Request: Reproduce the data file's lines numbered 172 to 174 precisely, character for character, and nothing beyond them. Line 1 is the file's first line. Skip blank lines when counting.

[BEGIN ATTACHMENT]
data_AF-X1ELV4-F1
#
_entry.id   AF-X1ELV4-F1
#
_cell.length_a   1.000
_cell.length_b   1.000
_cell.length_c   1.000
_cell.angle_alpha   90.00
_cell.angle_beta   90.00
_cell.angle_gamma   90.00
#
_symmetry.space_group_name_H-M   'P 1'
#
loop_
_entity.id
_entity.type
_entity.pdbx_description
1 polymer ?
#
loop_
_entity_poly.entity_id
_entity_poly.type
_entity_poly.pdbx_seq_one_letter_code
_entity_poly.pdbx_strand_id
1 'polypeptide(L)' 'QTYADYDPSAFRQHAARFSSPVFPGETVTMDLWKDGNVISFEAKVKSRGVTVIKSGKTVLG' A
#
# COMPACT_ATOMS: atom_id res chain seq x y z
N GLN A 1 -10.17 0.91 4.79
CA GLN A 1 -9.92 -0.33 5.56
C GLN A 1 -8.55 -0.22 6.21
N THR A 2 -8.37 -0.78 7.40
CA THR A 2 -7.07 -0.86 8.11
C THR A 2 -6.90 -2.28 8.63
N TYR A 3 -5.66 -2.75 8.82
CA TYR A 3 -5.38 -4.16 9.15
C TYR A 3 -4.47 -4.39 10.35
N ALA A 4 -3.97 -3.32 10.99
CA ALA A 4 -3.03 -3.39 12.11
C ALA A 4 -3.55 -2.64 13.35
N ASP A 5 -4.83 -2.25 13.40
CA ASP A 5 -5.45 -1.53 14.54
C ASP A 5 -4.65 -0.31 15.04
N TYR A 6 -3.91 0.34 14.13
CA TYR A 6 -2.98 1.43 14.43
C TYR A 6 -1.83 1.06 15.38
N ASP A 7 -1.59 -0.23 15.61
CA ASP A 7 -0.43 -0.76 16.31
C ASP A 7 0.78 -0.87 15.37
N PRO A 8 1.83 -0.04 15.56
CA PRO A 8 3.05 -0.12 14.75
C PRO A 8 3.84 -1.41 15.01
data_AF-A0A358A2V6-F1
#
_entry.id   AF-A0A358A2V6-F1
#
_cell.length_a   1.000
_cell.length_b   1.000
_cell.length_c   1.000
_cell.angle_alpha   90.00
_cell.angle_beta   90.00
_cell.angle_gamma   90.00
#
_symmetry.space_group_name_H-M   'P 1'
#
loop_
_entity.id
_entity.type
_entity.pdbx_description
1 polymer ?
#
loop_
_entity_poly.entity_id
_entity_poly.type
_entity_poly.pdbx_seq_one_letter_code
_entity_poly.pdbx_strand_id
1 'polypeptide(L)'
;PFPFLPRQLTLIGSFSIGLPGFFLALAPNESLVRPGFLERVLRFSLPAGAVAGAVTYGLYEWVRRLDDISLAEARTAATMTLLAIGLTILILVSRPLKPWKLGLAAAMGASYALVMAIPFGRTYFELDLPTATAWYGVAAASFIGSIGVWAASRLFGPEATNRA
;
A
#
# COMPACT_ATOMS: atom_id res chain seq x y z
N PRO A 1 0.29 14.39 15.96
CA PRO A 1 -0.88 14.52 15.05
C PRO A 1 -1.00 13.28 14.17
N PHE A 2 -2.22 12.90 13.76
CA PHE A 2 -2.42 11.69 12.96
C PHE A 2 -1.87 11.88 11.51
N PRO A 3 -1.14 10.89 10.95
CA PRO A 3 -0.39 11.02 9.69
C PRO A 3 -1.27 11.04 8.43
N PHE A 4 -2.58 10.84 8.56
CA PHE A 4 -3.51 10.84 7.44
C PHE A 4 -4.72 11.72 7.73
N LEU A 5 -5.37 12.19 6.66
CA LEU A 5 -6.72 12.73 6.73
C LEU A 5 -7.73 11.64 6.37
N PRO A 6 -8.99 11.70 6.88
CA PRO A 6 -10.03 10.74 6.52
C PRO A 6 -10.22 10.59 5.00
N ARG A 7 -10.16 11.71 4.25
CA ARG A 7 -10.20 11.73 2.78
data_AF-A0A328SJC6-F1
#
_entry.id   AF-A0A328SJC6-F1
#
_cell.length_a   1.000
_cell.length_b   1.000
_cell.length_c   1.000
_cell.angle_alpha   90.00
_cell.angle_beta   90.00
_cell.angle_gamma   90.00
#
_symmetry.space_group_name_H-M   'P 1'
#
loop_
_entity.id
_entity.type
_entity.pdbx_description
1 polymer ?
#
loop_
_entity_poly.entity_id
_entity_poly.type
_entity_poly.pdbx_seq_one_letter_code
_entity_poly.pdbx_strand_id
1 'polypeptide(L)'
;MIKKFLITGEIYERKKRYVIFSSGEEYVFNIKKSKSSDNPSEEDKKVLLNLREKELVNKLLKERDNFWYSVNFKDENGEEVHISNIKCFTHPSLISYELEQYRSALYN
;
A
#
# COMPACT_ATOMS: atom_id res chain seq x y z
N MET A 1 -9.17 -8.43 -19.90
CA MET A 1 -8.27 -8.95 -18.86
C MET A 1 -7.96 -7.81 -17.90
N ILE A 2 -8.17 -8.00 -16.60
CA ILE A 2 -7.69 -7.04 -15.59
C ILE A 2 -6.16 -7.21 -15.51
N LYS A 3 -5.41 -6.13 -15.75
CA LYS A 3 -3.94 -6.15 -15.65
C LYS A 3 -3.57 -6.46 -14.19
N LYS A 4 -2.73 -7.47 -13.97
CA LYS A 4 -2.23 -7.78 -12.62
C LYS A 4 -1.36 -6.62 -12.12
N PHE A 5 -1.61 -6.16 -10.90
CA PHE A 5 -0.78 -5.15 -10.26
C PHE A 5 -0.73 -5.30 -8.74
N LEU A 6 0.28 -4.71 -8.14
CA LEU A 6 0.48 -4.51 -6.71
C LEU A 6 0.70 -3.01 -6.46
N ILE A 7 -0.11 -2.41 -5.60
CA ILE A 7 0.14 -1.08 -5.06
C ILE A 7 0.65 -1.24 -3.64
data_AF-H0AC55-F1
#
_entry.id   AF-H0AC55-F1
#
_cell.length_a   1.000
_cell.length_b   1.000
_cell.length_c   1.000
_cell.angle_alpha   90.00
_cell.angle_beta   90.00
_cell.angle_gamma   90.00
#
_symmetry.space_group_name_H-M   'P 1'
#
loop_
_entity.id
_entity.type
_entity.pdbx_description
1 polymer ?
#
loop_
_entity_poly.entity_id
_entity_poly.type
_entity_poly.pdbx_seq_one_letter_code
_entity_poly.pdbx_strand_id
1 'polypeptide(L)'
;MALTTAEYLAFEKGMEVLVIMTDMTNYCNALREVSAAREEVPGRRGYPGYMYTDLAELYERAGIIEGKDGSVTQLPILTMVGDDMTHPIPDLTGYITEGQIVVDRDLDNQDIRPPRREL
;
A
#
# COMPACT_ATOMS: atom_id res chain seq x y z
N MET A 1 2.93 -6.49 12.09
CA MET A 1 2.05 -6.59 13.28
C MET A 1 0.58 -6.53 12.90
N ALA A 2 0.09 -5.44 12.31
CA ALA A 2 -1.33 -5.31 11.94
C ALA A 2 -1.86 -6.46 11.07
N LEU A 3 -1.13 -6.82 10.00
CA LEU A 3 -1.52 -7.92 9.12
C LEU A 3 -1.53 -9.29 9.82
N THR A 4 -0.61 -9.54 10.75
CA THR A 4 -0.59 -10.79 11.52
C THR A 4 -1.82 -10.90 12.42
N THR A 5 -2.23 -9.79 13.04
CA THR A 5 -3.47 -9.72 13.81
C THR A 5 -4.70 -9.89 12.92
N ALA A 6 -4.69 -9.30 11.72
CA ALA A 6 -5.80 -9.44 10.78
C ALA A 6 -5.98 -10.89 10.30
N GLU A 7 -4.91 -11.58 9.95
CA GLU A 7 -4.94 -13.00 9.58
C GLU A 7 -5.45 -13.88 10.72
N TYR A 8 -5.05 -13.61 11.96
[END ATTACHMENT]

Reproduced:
loop_
_entity_poly.entity_id
_entity_poly.type